time and enjoying the story you have put together."
From Johnn Four:
"What an unusual situation. Personally, I've had many
sessions with bizarre luck streaks. However, I know that my
rolls will always "wash out" in the end. If I have an
unlucky streak, my players know I'll be rolling critical
hits again eventually.
If I were DMing and felt I was having a really horrible bad-
karma night with the dice, I'd consider the following:
* Fudge results.
* Increase power levels of monsters and NPCs. Who cares if
you keep rolling 7's when the bad guys' THACOs are 3? :)
Just watch out when your good luck returns--the PCs will
have to learn to flee or they could have very short lives.
* Give the bad guys attacks that don't require dice rolls
from you. For example, give the hobgoblins a paralyzation
wand with 5 charges left. The wand doesn't require targeting
or to-hit rolls from you so now it's up to the PCs to do the
dice rolling and let's see how their luck runs! Also, if the
PCs win, the wand will burn out soon and game balance is
* How about rolling your dice differently? I know when I
play Risk and my rolls start to really suck I stand up and
swing the arms wildly, touch the board, adjust my glasses,
touch the board again and roll into the box lid. Remember
though, if this technique is to work you've got to touch the
board, then the glasses, then the board. If you screw up the
sequence it won't work. Oh, did I mention this method starts
you on the long road down superstition?
* Finally--and this method may earn you the enmity of all
players within a 5 mile radius--if you really do suffer from
on-going bad luck, then to be fair you should roll for your
From Brad Robertson:
"In this situation, I would say you have a couple of
choices. One would be to upgrade your enemies and make them
more powerful so that they have a better chance of hitting.
The downside of this is that if your dice suddenly start
rolling well, then the PC's will get slaughtered.
Your next option would be to start bringing in spellcasters.
Your 6 PC's may [be] insulted getting attacked by 6 orcs,
but when 4 of the PC's suddenly fall asleep, the other two
will start worrying.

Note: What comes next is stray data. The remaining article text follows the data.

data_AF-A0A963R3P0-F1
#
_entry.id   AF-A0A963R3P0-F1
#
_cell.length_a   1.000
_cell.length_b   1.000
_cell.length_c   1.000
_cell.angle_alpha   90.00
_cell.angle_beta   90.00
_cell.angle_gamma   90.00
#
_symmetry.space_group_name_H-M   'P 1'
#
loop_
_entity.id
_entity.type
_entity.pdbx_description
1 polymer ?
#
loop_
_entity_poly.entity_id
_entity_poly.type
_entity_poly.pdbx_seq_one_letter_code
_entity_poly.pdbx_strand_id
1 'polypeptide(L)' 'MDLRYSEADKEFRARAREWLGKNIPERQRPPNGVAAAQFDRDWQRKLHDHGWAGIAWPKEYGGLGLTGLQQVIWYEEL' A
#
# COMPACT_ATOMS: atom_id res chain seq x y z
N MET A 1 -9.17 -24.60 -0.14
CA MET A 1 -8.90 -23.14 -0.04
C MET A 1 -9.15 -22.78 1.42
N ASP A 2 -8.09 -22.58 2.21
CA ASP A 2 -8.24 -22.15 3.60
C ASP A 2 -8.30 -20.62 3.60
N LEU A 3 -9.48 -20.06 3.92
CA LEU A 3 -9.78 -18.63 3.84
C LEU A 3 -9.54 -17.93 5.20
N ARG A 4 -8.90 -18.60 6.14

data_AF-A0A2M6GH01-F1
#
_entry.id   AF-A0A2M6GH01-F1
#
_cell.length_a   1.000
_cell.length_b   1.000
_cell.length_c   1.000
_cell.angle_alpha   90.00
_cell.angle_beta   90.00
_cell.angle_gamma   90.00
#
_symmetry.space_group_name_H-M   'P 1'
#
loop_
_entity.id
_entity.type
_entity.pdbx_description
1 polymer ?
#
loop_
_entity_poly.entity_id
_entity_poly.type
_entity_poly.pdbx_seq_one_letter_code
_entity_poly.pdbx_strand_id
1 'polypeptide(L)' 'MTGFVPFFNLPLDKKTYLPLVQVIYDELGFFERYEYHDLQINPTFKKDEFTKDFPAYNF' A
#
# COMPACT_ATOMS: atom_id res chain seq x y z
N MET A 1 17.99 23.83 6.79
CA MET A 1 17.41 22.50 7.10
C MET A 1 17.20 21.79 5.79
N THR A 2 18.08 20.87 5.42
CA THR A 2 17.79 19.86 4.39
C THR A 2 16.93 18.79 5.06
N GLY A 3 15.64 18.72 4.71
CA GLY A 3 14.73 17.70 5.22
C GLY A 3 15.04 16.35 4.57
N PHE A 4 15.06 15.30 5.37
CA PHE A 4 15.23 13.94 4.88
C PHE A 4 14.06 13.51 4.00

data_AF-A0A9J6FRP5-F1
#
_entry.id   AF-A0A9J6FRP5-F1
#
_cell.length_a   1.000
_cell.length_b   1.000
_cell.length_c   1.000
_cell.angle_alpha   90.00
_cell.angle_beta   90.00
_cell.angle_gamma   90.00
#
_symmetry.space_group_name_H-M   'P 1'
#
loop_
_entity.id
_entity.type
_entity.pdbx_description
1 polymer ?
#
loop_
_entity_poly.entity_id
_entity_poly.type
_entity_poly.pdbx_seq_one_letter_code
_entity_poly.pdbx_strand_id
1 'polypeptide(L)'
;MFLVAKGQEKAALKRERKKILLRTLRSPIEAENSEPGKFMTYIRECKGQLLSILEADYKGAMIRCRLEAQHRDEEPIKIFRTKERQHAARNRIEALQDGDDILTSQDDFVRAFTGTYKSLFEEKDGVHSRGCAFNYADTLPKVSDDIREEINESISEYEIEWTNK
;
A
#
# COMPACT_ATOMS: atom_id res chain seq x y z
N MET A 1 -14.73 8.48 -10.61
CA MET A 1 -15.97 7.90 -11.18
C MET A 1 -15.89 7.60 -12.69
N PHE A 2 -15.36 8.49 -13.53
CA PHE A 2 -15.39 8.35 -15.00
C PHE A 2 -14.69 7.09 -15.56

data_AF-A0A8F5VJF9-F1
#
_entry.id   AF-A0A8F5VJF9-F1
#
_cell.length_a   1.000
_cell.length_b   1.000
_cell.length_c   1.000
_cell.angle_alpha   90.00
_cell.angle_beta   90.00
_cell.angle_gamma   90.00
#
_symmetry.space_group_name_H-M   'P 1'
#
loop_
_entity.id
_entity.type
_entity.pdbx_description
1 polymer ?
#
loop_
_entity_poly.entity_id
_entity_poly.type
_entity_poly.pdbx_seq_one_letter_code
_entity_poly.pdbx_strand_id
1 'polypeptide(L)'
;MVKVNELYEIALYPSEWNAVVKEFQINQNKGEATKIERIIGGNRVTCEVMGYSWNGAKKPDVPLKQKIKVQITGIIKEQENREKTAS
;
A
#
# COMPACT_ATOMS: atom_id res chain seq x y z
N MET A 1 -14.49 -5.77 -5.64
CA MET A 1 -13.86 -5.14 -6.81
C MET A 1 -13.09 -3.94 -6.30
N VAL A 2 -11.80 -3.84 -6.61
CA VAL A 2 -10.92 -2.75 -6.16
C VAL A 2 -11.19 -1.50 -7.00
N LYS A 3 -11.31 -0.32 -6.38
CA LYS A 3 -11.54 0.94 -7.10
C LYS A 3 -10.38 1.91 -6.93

The last (and what I consider to be the most obvious) option
is to *lie*. (gasp! a GM lie??!?). Don't let them see your
rolls, and tell them that they got hit. The PC's will
probably like combat a lot more as well if they feel that
they're getting in danger. This way you can also control
combat a bit more easier."
From Eric Nolan:
"Yup, I agree with the suggestion raised by some of the
One of your jobs as the GM is to provide entertainment for
the players. The occasional walk over fight can be good,
especially if the players were sweating the result before
they engaged. If fights are always too easy the players may
get bored and, even more dangerous, they may get complacent
If I was you I would just fudge the dice rolls to make
things more interesting. It is quite unusual to have to
fudge the rolls in the NPCs favour but this is a situation
where you should. Make the players feel that they were in
at least some danger.
A key skill to develop as a GM is to know when the dice need
to be overruled or not used at all. In a game I was playing
the plot demanded that all the characters be shanghai'ed and
that we would meet up as prisoners in a mining installation.
The referee took three attempts to get my character all of
which failed (partly due to his somewhat inept method of
going about it and partly due to bad dice rolls). This
resulted in him having a hushed conversation with the
resident 'evil gm' in the room. The 'evil gm' then sat down
in the seat of power and asked me what my character was
doing. 'working at his station on the assembly line' was my
answer, 'you are working away when without warning something
hits you hard in the back of the head, there is an intense
and painful flash of white light and everything goes dark.
You wake up with a painful, throbbing headache and you seem
to by lying on a metal floor'. He didn't roll dice and he
didn't give me a chance, which was great. This was the
scenario set up, the other referee essentially wasted 30
minutes of everyones time in successive attempts to
accomplish something he should have gotten done in 3
Have more fun at every game!